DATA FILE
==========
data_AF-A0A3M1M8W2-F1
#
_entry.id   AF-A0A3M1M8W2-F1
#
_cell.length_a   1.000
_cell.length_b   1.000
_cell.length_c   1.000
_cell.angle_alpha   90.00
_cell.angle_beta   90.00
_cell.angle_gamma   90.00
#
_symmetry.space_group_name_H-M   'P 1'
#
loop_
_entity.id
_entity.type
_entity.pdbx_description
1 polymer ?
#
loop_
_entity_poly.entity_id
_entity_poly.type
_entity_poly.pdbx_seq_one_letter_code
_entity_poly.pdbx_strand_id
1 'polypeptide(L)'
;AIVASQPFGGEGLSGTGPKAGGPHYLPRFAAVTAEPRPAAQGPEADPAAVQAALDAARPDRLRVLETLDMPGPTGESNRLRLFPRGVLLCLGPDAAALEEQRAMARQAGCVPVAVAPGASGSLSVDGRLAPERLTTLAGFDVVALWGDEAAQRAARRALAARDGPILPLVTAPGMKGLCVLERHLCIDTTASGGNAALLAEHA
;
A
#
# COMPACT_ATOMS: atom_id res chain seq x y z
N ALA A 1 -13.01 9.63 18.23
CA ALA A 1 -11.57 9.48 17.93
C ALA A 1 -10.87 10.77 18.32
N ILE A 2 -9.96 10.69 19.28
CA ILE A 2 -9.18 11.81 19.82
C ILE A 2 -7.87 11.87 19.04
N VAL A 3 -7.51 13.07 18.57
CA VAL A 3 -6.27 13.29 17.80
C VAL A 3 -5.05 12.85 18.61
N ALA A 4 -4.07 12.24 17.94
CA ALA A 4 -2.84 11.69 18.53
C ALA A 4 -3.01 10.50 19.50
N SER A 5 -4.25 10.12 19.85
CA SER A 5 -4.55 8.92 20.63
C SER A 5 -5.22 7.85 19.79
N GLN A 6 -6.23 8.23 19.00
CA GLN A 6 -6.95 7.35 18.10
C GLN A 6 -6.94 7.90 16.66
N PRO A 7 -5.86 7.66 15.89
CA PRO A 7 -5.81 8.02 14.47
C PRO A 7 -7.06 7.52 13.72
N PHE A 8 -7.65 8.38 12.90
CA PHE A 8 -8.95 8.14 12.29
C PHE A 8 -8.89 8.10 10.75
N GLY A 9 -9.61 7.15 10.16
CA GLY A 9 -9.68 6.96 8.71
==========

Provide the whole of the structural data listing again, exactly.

data_AF-A0A3M1M8W2-F1
#
_entry.id   AF-A0A3M1M8W2-F1
#
_cell.length_a   1.000
_cell.length_b   1.000
_cell.length_c   1.000
_cell.angle_alpha   90.00
_cell.angle_beta   90.00
_cell.angle_gamma   90.00
#
_symmetry.space_group_name_H-M   'P 1'
#
loop_
_entity.id
_entity.type
_entity.pdbx_description
1 polymer ?
#
loop_
_entity_poly.entity_id
_entity_poly.type
_entity_poly.pdbx_seq_one_letter_code
_entity_poly.pdbx_strand_id
1 'polypeptide(L)'
;AIVASQPFGGEGLSGTGPKAGGPHYLPRFAAVTAEPRPAAQGPEADPAAVQAALDAARPDRLRVLETLDMPGPTGESNRLRLFPRGVLLCLGPDAAALEEQRAMARQAGCVPVAVAPGASGSLSVDGRLAPERLTTLAGFDVVALWGDEAAQRAARRALAARDGPILPLVTAPGMKGLCVLERHLCIDTTASGGNAALLAEHA
;
A
#
# COMPACT_ATOMS: atom_id res chain seq x y z
N ALA A 1 -13.01 9.63 18.23
CA ALA A 1 -11.57 9.48 17.93
C ALA A 1 -10.87 10.77 18.32
N ILE A 2 -9.96 10.69 19.28
CA ILE A 2 -9.18 11.81 19.82
C ILE A 2 -7.87 11.87 19.04
N VAL A 3 -7.51 13.07 18.57
CA VAL A 3 -6.27 13.29 17.80
C VAL A 3 -5.05 12.85 18.61
N ALA A 4 -4.07 12.24 17.94
CA ALA A 4 -2.84 11.69 18.53
C ALA A 4 -3.01 10.50 19.50
N SER A 5 -4.25 10.12 19.85
CA SER A 5 -4.55 8.92 20.63
C SER A 5 -5.22 7.85 19.79
N GLN A 6 -6.23 8.23 19.00
CA GLN A 6 -6.95 7.35 18.10
C GLN A 6 -6.94 7.90 16.66
N PRO A 7 -5.86 7.66 15.89
CA PRO A 7 -5.81 8.02 14.47
C PRO A 7 -7.06 7.52 13.72
N PHE A 8 -7.65 8.38 12.90
CA PHE A 8 -8.95 8.14 12.29
C PHE A 8 -8.89 8.10 10.75
N GLY A 9 -9.61 7.15 10.16
CA GLY A 9 -9.68 6.96 8.71